"Website is not user-friendly, particularly for monthly communications reports. Too much scrolling is required and there are too many windows, each of which take time to load."

"Website is confusing and too complex in moving from one screen to another. It is not clear what is required and how to get to the appropriate screens both upon initial registration, reporting contacts and updating information."

"More user-friendly platform for submitting reports. It is cumbersome to navigate if you don't use it on a regular basis."

According to internal key informants, assisting LRS users could be improved if the computer screen of the Registration Advisor could be shared with registrants and representatives. Because navigation of the site can be difficult (e.g., scrolling too far or not enough), being able to show the correct location in LRS to the registrant and representative would reduce frustration and confusion.

Providing more assistance with identifying DPOHs: While links to DPOH instructions and the definition of a DPOH are embedded within, and accessible from, each step for creating an MCR within the LRS, based on interviews and survey responses, identifying DPOHs remains an issue. Registrant and representative key informants reported having difficulties with determining the identity of DPOHs, particularly when it comes to determining "comparable positions" to those listed as well as what are "oral and arranged communications" with DPOHs. Some survey respondentsFootnote 16 also reported difficulties identifying DPOHs either because they found the definition of a DPOH to be unclear or they had difficulty confirming if someone was a DPOH, as the Government Electronic Directory Services (GEDS) is not up to date. According to internal key informants, identifying DPOHs is a common enquiry.

Providing more assistance with inputting information: Internal key informants suggested that pop-up texts and more logic checks in LRS could potentially reduce the number of errors as well as the number of questions received by Registration Advisors. Pop-ups would address registrant and representative key informants' suggestion of providing more assistance with definitions. Registrant and representative key informants also noted difficulties with classifying activities based on the options listed in the system, finding the choices provided to be too limited. A few also mentioned that the Québec lobbyist registry allows the user to indicate multiple government departments in one drop-down list, which was considered easier to use than the LRS, where federal departments must be added one by one and it's not entirely clear if the additional federal departments are saved.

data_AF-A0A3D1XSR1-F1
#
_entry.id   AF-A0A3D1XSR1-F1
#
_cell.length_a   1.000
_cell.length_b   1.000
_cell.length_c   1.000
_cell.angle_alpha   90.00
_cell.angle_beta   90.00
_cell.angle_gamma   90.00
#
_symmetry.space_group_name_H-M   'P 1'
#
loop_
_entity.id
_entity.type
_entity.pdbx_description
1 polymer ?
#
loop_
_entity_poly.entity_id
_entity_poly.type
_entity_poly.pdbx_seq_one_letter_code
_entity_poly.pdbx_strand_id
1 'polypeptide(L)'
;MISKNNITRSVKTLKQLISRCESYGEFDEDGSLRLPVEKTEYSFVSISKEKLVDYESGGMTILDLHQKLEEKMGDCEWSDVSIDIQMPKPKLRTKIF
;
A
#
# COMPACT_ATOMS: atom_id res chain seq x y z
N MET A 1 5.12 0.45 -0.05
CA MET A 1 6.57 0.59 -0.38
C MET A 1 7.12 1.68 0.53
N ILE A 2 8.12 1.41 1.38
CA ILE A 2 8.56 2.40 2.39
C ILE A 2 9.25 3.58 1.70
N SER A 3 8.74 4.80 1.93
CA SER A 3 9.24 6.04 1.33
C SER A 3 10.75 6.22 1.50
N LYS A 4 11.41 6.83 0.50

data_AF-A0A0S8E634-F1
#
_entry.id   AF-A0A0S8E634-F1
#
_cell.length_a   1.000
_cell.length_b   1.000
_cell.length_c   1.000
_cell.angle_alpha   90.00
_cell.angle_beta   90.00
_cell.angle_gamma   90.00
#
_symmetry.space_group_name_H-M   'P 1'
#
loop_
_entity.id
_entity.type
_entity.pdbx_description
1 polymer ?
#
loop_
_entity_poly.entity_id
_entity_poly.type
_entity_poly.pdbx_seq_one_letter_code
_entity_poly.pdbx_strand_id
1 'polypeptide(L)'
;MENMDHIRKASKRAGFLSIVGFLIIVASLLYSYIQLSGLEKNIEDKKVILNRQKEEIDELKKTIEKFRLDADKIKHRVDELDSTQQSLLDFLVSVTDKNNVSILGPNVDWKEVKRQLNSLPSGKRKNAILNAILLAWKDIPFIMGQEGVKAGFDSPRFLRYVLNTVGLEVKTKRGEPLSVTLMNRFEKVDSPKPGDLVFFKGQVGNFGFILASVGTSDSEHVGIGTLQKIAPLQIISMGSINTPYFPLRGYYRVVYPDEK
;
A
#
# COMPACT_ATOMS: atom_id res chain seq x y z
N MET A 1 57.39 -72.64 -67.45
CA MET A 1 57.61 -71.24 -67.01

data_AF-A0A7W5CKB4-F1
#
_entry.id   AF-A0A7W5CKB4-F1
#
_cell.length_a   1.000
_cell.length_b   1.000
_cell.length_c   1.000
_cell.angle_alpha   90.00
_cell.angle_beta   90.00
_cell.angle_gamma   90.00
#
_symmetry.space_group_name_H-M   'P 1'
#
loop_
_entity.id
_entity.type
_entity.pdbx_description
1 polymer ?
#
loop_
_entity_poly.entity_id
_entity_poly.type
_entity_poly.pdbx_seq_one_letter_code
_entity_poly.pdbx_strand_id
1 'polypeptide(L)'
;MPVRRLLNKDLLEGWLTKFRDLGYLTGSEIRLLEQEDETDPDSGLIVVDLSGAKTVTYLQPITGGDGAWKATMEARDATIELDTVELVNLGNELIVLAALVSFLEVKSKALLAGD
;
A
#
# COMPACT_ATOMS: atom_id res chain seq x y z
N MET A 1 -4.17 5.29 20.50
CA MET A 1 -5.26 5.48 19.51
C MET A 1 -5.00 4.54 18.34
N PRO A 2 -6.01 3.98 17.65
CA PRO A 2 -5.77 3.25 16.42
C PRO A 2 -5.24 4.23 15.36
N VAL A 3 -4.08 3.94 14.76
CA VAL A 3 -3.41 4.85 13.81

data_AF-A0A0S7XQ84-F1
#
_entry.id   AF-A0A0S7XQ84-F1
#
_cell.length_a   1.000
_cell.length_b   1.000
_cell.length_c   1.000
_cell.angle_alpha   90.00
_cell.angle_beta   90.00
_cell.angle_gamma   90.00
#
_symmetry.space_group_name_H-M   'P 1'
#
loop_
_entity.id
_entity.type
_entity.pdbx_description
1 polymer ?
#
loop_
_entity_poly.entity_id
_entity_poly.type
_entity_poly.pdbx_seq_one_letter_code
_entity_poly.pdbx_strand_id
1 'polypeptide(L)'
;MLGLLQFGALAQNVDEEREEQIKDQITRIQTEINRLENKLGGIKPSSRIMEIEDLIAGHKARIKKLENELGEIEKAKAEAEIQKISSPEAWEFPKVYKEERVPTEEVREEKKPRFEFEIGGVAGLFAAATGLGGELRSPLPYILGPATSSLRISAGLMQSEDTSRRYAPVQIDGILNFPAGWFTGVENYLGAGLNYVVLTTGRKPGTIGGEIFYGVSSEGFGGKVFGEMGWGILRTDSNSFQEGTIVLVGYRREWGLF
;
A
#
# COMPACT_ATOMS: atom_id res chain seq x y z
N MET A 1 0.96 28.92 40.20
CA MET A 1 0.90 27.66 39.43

Focusing on methods to support and improve compliance: The LRS does have methods to support timely and accurate reporting by sending automatic emails to prompt clients to upload documents in order to complete their application, to remind them of deadlines for MCRs, and to notify them that they have not logged in for five months and will need to do so to keep their account active. However, it was suggested by internal key informants that perhaps the LRS could have registrants indicate if they want more information/more frequent reminders. Other suggestions to improve compliance included:

  • prominently displaying reporting deadlines on social media, the website, as well as when logging in (e.g., an "upcoming dates" notice);
  • explaining the difference between a registration and MCRs (the main filings required) when logging into LRS and on the website; and
  • having the RCSD contact information more visible on each screen to encourage users to contact them if they are having difficulties completing the forms.